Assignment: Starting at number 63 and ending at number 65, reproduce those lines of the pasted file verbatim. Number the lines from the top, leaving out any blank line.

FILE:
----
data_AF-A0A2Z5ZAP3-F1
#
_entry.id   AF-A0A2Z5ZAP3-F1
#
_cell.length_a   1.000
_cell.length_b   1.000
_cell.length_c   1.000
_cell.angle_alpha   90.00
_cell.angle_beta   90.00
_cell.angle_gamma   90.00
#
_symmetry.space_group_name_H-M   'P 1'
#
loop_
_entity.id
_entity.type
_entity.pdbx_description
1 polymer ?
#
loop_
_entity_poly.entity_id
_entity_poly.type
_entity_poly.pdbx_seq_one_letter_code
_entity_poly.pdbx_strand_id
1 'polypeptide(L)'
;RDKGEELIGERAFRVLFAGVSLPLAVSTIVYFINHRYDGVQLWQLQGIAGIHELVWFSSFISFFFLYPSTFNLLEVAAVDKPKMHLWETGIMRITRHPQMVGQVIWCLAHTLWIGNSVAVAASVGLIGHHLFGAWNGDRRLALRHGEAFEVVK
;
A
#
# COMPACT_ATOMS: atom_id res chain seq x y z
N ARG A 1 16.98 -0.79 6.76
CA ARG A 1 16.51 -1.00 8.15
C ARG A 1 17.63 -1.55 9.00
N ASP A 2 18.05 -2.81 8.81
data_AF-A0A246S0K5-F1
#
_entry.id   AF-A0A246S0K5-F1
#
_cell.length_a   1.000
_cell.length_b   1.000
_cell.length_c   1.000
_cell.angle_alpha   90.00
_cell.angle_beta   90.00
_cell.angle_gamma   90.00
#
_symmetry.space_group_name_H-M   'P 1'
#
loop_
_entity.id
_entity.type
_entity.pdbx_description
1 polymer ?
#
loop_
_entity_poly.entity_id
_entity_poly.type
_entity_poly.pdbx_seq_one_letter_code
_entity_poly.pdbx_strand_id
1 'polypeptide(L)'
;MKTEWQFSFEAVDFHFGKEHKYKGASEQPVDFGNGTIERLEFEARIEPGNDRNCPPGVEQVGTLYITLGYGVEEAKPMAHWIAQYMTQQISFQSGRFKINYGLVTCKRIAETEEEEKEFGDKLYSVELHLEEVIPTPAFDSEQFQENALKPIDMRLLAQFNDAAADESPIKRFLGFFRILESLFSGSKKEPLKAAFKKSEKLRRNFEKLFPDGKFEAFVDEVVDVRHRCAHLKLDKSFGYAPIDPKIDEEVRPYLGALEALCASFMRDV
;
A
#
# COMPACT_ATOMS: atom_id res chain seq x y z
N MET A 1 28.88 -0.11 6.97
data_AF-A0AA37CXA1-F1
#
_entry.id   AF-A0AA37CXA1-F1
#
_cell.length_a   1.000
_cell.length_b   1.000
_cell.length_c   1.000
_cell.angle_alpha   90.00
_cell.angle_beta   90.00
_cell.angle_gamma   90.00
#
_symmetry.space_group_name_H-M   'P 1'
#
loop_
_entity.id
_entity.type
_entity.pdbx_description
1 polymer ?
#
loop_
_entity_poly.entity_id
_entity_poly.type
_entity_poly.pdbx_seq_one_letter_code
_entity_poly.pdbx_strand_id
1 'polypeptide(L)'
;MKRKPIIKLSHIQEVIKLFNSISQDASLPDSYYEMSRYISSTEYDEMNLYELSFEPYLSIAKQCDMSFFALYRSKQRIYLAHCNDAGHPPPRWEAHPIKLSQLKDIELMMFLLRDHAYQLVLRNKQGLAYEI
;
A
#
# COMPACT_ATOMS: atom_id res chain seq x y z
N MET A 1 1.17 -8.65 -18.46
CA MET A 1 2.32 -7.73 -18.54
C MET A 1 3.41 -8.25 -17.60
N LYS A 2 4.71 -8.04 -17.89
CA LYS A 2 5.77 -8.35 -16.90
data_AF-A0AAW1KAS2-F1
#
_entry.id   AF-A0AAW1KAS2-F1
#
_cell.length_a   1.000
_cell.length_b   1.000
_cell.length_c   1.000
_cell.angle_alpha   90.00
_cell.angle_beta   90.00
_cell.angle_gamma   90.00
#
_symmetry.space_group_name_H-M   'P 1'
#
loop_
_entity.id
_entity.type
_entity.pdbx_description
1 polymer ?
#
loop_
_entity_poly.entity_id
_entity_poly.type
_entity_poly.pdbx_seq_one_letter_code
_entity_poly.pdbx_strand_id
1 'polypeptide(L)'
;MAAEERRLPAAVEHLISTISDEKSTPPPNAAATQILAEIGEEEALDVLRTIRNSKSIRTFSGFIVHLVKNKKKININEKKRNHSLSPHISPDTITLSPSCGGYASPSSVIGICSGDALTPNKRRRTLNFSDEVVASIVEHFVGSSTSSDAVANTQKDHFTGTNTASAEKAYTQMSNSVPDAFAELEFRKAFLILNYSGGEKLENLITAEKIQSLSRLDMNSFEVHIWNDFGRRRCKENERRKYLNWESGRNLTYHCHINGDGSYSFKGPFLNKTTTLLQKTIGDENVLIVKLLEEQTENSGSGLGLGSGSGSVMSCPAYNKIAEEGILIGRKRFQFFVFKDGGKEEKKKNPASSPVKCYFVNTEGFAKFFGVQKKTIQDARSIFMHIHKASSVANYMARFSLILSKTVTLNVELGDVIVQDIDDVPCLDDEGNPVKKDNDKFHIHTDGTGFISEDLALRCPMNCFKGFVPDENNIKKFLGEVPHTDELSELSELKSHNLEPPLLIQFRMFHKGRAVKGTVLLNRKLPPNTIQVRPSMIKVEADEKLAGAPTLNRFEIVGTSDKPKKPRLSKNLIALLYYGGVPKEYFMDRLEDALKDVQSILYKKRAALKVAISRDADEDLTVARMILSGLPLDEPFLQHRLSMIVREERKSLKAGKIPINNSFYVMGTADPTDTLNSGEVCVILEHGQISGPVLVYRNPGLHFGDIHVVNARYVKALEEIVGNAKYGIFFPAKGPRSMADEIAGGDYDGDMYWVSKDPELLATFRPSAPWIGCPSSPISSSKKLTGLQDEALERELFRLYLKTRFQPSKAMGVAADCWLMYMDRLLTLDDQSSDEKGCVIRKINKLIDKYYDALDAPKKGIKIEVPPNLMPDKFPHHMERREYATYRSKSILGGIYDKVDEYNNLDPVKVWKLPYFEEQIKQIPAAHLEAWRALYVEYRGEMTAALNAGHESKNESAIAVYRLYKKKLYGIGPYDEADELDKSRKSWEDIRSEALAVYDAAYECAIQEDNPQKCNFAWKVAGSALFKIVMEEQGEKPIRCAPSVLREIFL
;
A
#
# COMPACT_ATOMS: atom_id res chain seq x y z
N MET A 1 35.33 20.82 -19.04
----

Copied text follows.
#
# COMPACT_ATOMS: atom_id res chain seq x y z
N MET A 1 28.88 -0.11 6.97